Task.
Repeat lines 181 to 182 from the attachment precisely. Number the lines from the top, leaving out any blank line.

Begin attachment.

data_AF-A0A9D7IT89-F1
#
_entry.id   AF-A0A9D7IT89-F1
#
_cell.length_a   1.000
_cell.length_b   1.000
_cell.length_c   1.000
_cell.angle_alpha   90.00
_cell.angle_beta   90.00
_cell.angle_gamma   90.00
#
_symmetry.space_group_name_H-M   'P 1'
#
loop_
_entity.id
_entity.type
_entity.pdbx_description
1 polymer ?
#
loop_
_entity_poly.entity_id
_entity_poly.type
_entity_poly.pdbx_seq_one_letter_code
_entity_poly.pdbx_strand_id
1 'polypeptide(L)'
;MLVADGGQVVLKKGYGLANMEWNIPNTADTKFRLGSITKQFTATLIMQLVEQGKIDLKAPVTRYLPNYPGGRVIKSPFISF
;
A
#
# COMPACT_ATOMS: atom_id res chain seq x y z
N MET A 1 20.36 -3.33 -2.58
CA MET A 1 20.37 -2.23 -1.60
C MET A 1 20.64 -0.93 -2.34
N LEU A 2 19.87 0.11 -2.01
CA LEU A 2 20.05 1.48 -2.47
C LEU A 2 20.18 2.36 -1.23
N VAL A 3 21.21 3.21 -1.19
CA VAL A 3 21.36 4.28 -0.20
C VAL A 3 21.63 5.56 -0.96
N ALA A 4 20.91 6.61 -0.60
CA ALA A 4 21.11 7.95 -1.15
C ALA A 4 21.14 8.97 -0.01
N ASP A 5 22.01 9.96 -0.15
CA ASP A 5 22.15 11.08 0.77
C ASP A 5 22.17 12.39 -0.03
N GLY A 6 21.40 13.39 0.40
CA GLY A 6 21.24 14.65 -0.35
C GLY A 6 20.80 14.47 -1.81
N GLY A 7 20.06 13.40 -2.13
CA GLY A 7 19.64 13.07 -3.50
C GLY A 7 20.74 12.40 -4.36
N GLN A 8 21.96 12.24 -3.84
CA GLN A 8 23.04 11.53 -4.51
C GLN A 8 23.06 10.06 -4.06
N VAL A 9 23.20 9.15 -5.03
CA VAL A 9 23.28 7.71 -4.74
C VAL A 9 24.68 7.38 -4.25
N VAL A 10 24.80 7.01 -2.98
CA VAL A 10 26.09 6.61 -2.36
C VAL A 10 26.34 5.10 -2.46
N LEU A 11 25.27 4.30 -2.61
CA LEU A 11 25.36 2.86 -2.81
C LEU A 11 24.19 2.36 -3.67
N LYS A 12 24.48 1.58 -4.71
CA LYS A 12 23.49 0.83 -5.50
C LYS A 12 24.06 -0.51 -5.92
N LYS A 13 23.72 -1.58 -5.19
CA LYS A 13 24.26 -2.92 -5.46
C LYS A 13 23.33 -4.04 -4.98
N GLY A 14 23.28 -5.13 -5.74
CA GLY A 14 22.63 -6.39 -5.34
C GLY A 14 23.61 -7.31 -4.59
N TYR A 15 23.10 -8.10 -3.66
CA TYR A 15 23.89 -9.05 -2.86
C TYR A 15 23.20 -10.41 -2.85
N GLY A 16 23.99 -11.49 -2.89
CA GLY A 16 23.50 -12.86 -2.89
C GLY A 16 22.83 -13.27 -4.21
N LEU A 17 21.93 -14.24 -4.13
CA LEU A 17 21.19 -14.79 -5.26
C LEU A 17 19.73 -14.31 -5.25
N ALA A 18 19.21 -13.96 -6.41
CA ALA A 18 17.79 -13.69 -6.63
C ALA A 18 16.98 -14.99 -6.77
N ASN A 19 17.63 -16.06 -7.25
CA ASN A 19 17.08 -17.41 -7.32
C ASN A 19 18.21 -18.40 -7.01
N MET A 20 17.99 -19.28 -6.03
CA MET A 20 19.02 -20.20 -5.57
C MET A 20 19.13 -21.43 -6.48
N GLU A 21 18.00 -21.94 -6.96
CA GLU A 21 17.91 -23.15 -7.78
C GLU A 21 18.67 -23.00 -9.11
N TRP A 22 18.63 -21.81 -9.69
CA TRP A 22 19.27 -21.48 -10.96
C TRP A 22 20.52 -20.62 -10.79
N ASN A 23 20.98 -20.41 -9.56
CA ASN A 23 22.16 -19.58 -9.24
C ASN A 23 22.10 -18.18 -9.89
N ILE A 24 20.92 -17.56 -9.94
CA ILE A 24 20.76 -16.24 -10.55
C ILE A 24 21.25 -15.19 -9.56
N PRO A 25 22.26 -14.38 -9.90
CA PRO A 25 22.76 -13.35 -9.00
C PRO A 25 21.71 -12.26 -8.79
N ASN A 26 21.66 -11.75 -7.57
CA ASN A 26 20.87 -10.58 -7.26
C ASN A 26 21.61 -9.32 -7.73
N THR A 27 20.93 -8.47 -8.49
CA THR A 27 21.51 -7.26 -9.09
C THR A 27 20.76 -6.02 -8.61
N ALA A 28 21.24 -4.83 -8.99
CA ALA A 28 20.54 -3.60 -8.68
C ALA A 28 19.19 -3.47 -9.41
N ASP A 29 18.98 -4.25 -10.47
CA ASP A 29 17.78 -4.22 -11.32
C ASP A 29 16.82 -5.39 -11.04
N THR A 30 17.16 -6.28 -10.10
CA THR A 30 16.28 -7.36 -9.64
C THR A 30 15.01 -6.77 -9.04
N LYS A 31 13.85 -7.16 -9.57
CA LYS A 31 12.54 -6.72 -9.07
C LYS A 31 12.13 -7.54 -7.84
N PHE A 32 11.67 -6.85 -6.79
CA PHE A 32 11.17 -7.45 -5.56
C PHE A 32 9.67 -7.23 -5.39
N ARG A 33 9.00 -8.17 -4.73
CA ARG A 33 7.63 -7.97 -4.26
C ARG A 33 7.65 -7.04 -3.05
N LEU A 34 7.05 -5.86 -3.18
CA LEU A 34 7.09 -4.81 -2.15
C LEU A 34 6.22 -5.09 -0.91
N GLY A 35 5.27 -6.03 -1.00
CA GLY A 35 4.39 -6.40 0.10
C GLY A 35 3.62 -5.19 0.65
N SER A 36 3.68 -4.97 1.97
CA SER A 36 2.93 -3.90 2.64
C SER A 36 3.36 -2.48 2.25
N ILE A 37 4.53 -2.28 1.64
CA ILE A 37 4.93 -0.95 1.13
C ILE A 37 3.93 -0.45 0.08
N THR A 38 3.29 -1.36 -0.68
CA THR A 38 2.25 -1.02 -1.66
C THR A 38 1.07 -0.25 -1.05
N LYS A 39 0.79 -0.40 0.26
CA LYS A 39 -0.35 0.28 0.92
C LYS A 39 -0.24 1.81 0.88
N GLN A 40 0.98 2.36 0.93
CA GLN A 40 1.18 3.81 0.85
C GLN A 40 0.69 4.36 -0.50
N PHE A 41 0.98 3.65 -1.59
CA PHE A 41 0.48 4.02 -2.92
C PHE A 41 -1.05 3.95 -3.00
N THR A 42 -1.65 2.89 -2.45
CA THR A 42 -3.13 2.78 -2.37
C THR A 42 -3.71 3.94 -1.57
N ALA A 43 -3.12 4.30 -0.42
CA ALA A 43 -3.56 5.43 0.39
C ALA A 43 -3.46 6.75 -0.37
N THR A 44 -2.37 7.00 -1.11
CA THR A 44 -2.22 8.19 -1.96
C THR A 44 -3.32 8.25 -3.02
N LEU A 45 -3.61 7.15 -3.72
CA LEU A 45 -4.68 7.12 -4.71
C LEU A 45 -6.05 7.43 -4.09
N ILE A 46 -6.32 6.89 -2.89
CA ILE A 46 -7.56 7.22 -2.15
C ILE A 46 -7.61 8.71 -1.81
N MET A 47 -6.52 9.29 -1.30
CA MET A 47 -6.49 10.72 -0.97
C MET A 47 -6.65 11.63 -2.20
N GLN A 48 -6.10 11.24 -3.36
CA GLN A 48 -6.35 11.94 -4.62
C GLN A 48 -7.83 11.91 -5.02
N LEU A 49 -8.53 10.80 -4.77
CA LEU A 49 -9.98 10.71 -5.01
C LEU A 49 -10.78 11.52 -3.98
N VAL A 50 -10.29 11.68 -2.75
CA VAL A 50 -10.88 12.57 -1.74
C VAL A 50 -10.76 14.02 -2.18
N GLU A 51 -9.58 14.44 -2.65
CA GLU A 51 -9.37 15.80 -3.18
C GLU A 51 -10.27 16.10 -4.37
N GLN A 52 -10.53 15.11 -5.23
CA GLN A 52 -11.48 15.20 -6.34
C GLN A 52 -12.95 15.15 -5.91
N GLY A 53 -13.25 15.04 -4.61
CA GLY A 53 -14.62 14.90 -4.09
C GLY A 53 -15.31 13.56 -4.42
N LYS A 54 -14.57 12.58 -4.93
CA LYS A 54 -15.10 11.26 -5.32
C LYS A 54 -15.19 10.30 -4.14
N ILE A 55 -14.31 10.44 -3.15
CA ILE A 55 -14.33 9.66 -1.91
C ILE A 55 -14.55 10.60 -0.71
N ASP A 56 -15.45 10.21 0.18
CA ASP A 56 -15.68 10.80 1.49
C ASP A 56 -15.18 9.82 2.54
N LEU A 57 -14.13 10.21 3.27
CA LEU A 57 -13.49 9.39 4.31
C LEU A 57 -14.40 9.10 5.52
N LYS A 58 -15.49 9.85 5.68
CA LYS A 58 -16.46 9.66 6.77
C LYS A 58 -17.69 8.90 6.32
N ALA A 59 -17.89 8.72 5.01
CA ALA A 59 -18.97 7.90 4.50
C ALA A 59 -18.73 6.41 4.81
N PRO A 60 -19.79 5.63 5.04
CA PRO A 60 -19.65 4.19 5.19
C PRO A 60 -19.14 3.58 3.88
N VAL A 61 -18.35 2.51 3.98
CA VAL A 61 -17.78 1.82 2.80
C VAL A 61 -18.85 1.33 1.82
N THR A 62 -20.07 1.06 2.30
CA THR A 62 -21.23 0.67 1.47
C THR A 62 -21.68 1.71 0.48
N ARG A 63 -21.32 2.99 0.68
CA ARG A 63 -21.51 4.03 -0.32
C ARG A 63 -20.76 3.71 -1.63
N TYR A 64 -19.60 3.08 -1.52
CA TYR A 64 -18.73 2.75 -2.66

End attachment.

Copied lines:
N GLU A 51 -9.58 14.44 -2.65
CA GLU A 51 -9.37 15.80 -3.18